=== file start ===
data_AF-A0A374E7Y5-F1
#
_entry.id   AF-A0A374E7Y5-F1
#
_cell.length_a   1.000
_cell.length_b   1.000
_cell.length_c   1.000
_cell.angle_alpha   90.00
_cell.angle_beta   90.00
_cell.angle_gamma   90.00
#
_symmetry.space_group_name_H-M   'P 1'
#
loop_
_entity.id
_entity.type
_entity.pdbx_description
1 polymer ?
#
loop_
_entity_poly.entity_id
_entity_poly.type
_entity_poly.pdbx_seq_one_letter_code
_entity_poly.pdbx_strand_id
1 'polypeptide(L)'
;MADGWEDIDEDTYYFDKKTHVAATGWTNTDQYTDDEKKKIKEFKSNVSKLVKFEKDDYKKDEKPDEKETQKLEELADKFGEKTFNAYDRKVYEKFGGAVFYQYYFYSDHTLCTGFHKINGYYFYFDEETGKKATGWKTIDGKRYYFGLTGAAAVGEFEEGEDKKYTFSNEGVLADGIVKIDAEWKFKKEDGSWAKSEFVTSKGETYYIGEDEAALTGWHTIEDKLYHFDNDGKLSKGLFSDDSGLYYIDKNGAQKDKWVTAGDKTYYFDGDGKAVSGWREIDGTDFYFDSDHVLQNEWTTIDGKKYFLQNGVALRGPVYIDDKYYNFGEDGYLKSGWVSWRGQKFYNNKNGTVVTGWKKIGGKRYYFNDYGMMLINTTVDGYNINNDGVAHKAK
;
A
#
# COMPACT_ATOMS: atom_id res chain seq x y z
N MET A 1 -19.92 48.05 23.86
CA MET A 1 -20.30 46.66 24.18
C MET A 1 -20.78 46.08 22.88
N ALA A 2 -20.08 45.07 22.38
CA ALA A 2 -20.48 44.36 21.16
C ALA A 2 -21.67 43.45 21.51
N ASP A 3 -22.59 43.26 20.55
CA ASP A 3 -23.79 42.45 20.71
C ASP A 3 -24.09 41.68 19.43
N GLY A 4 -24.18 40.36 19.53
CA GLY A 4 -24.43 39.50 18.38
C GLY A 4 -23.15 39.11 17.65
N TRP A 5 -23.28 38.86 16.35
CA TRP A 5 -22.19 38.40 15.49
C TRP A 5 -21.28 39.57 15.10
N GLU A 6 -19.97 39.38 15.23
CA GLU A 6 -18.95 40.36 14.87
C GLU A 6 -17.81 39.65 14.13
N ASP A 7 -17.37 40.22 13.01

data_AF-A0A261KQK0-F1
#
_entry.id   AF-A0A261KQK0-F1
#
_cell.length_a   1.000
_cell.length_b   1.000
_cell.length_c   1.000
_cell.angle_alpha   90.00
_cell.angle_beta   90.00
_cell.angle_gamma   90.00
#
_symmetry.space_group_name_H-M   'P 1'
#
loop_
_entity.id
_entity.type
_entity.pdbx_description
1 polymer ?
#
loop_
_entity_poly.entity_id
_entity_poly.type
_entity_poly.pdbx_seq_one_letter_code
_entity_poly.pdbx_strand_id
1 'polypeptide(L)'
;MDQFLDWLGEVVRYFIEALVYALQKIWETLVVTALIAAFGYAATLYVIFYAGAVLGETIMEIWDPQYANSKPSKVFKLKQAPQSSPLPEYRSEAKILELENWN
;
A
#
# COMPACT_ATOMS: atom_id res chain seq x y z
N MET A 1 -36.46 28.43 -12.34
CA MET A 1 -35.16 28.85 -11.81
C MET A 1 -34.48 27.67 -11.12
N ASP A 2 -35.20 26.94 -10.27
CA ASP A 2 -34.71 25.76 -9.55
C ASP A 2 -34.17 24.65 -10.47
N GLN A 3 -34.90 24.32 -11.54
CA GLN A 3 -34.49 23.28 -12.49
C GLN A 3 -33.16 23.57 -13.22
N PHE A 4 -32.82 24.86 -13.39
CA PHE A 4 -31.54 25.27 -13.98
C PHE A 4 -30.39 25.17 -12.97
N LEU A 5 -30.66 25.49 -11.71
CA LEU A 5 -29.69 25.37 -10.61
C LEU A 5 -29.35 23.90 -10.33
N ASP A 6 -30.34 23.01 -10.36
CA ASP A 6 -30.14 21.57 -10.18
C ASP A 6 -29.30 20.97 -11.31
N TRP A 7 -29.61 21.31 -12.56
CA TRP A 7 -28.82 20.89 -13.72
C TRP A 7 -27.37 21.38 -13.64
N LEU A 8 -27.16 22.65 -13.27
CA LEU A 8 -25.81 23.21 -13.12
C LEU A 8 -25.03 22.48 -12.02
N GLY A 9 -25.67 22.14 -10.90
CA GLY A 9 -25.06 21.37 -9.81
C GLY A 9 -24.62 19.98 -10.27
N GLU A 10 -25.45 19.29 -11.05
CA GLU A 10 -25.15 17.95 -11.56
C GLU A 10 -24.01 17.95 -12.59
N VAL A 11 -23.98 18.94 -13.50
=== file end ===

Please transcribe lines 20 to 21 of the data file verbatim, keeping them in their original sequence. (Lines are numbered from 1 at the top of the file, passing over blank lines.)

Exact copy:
loop_
_entity_poly.entity_id